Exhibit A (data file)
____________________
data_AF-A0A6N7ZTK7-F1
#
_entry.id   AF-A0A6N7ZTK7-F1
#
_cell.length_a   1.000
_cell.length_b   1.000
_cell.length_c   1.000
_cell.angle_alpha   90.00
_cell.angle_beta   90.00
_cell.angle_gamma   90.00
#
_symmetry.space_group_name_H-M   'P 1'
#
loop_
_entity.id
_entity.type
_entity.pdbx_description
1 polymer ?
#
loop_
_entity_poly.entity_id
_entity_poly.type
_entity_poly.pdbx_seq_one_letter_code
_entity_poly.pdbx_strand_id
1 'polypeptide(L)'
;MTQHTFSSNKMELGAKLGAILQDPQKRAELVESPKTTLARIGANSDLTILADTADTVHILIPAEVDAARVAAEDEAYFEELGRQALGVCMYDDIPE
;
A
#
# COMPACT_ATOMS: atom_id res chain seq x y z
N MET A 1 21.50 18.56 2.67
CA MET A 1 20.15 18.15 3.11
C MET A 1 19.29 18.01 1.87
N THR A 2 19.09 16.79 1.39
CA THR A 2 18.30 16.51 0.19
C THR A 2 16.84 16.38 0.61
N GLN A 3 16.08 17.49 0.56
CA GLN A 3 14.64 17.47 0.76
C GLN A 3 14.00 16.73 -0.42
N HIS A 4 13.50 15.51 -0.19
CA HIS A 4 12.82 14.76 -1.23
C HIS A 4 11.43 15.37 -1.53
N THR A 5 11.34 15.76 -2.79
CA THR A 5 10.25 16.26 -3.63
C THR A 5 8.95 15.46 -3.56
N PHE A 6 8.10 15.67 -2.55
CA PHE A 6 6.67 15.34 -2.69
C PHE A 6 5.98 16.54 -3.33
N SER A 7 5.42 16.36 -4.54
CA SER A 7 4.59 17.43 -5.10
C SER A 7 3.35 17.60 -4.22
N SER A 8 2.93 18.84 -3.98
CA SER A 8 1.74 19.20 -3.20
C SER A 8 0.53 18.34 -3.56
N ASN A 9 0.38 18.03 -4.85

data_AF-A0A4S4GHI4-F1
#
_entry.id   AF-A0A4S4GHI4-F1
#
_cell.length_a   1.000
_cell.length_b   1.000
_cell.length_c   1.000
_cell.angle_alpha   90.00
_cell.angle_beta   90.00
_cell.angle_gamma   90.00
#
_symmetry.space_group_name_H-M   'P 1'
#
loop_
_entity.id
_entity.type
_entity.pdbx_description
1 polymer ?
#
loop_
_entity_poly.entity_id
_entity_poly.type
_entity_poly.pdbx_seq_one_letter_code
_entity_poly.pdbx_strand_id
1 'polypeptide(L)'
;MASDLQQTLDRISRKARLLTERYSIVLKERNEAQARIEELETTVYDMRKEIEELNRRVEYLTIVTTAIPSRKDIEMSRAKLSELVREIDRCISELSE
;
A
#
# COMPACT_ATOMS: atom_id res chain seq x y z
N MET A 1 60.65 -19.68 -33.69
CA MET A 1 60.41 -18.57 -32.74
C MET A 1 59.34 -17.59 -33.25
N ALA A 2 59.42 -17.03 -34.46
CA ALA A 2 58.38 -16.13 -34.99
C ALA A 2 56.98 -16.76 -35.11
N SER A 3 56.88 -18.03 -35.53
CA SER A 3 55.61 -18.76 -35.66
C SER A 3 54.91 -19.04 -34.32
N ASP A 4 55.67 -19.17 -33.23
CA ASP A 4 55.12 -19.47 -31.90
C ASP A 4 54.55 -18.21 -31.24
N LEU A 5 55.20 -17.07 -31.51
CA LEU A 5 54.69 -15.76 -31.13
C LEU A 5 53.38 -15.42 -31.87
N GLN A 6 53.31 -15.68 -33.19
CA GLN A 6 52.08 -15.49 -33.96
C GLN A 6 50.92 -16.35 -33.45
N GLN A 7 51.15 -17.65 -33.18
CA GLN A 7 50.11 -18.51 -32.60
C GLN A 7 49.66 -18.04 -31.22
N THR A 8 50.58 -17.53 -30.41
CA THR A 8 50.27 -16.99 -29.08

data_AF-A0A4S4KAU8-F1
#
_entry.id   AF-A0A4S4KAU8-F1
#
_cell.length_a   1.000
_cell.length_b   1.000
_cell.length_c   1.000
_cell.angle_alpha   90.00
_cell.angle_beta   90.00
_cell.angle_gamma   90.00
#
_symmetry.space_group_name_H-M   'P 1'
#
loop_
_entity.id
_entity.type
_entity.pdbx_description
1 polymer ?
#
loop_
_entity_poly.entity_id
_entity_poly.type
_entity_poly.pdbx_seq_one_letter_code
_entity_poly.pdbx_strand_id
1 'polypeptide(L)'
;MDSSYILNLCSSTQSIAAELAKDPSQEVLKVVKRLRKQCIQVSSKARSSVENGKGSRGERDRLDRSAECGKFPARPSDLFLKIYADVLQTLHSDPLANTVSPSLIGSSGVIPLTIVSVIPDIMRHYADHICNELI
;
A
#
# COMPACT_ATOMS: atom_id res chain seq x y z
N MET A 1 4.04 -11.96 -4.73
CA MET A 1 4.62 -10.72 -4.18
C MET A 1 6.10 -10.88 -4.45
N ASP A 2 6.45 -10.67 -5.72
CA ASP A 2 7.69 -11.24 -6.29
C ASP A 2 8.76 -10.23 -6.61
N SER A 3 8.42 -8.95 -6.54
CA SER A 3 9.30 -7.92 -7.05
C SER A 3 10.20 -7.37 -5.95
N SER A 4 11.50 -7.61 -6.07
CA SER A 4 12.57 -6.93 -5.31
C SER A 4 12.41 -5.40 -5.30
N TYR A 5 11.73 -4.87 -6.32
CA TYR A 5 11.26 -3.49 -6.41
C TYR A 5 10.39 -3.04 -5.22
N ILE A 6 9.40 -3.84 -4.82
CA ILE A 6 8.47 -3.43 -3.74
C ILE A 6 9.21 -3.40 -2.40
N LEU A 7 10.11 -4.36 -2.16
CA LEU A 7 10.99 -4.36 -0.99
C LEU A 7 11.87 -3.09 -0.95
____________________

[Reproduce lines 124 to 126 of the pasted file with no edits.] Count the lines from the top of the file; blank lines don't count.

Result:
_entity.type
_entity.pdbx_description
1 polymer ?